https://doi.org/10.1017/S002081830458202...
) are simultaneously taking place.

In sum, by refusing to have their development cooperation defined and counted by others and by starting to build their own metrics, Southern providers further problematise ‘donorship’, in its very legitimacy/authority core: development knowledges and expertise. Knowledge disputes, in turn, validate and contribute to rising powers’ broader quest for status, recognition, and entitlement to play policy and norms-making roles and enable Southern countries to showcase successes rather than being stigmatised as deviants. However, by attempting to re-invent IDC metrics without challenging the logic of showcasing/performing success to prove ‘generosity’ (Veen 2011Veen, A. M. Ideas, interests and foreign aid. Cambridge: Cambridge University, 2011.), rising powers were also caught in other sorts of ‘traps’ and ‘dilemmas’ (Westhuizen and Milani 2019Westhuizen, J., C. R. S. Milani. “Development cooperation, the international–domestic nexus and the graduation dilemma: comparing south Africa and Brazil.” Cambridge Review of International Affairs 32, no. 1 (2019): 22-42. doi: https://doi.org/10.1080/09557571.2018.1554622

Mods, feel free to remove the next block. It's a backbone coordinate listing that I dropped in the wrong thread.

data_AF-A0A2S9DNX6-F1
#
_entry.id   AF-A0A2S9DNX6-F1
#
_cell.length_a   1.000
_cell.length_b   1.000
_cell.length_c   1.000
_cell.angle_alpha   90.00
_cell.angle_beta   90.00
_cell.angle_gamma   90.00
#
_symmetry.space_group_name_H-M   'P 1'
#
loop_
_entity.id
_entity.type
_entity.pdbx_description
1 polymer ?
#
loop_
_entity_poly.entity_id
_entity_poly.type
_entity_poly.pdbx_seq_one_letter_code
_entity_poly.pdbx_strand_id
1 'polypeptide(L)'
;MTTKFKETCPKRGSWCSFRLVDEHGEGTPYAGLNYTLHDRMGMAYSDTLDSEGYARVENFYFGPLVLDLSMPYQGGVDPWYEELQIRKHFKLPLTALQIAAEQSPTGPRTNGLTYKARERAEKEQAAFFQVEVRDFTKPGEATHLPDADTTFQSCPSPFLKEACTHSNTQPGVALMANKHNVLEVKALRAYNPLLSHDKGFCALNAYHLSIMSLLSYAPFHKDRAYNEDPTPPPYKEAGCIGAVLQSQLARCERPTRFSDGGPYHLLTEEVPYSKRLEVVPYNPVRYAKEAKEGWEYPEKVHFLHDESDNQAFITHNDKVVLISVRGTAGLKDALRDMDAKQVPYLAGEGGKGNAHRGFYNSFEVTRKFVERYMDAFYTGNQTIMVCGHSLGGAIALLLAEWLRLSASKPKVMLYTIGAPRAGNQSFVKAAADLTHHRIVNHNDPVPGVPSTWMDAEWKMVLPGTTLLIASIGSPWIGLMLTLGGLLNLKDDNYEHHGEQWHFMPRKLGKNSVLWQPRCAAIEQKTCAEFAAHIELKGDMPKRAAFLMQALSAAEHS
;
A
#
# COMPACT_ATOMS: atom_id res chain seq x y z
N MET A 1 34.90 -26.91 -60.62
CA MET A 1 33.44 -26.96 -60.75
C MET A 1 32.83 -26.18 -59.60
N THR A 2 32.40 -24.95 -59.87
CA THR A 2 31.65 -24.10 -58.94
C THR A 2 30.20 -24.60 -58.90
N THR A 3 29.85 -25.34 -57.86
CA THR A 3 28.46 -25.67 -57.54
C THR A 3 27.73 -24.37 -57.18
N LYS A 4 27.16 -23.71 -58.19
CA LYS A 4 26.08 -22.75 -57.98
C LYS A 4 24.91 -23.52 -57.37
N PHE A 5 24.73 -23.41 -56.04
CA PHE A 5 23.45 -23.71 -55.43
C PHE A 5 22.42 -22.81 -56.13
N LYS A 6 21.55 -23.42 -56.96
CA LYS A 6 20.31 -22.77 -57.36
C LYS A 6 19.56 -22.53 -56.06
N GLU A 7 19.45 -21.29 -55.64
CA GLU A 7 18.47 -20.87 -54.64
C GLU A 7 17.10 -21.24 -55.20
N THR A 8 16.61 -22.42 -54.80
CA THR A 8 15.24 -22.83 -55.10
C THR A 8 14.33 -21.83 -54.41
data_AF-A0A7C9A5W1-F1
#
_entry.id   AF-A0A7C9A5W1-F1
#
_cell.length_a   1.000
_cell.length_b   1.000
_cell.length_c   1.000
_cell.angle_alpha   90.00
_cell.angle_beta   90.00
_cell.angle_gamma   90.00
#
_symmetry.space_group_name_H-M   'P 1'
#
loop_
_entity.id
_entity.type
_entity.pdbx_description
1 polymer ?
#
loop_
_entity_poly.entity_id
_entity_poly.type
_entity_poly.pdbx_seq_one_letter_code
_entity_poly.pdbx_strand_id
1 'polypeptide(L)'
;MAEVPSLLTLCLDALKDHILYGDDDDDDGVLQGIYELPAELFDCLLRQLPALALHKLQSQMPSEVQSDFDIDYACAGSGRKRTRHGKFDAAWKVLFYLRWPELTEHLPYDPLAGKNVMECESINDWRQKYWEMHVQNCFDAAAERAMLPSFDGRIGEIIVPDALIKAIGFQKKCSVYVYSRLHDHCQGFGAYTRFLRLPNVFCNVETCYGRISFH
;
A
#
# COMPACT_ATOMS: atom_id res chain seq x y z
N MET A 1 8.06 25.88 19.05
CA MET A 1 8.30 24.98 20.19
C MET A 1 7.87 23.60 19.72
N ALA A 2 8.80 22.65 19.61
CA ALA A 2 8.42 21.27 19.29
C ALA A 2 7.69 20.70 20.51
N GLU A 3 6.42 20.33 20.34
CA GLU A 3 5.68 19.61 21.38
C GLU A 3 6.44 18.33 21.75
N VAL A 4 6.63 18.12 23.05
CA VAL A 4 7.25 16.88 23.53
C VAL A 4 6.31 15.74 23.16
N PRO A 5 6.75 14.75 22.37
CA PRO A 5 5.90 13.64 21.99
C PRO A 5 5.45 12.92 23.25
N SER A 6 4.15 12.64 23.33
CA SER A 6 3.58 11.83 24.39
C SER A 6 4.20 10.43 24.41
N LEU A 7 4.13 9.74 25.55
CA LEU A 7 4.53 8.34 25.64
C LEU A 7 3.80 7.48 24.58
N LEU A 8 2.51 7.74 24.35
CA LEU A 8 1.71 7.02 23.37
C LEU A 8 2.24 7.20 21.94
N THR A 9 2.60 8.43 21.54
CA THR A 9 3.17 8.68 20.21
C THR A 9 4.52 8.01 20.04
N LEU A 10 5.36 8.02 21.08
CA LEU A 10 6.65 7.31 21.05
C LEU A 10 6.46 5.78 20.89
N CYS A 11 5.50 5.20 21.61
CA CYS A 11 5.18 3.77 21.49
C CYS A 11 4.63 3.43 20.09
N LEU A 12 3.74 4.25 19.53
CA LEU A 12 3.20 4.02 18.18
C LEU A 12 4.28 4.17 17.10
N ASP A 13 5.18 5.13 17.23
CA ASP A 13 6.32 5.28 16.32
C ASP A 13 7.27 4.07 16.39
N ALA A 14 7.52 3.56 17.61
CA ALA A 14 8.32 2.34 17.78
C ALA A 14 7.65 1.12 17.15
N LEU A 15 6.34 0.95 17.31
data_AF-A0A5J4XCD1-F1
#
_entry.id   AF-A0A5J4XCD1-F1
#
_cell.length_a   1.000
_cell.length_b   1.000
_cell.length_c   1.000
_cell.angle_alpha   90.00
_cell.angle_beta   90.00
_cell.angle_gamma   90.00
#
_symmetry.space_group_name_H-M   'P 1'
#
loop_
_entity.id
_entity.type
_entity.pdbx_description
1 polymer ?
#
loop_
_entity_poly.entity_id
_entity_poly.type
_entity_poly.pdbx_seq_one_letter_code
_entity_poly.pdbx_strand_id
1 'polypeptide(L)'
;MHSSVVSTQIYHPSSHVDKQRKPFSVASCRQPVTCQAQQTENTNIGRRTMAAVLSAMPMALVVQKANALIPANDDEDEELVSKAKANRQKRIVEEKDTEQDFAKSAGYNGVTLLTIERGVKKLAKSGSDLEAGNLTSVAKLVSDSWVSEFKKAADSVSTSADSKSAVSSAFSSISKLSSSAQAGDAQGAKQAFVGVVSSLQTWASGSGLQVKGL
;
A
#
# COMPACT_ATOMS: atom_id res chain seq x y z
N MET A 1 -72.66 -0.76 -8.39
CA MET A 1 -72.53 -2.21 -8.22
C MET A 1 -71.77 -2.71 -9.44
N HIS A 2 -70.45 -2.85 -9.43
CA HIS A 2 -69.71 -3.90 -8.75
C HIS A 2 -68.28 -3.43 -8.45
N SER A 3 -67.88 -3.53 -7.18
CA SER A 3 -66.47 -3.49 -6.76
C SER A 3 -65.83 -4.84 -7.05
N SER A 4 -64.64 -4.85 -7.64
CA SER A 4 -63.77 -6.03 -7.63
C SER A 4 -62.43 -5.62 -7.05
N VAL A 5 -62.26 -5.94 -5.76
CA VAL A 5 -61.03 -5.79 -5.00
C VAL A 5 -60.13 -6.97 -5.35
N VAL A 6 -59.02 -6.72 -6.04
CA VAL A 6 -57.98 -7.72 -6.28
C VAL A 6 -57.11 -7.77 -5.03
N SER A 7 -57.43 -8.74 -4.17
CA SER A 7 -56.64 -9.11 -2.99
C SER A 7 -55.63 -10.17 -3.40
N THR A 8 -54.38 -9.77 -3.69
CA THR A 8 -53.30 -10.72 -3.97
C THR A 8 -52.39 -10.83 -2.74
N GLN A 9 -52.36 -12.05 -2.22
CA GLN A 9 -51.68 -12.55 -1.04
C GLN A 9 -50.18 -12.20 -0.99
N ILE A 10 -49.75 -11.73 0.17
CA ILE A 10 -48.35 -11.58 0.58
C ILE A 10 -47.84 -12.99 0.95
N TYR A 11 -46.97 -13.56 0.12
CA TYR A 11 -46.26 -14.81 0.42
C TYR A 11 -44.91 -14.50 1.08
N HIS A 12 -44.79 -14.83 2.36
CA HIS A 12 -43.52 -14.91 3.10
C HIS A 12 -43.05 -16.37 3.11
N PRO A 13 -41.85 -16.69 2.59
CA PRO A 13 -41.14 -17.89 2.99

https://doi.org/10.1080/09557571.2018.15...
; Lopes et al. 2020Lopes, D. B., G. Casarões, and C. F. Gama. “A tragedy of middle power politics: traps in Brazil’s quest for institutional revisionism.” In Status and the rise of Brazil: global ambitions, humanitarian engagement and international challenges, edited by P. Esteves, M. G. Jumbert, and B. Carvalho, 51-69. Cham: Springer International, 2020.), related to relations with their Southern partners (by tensioning the very SSC principles of horizontality and mutual gains) and with their domestic constituencies, to which I turn now.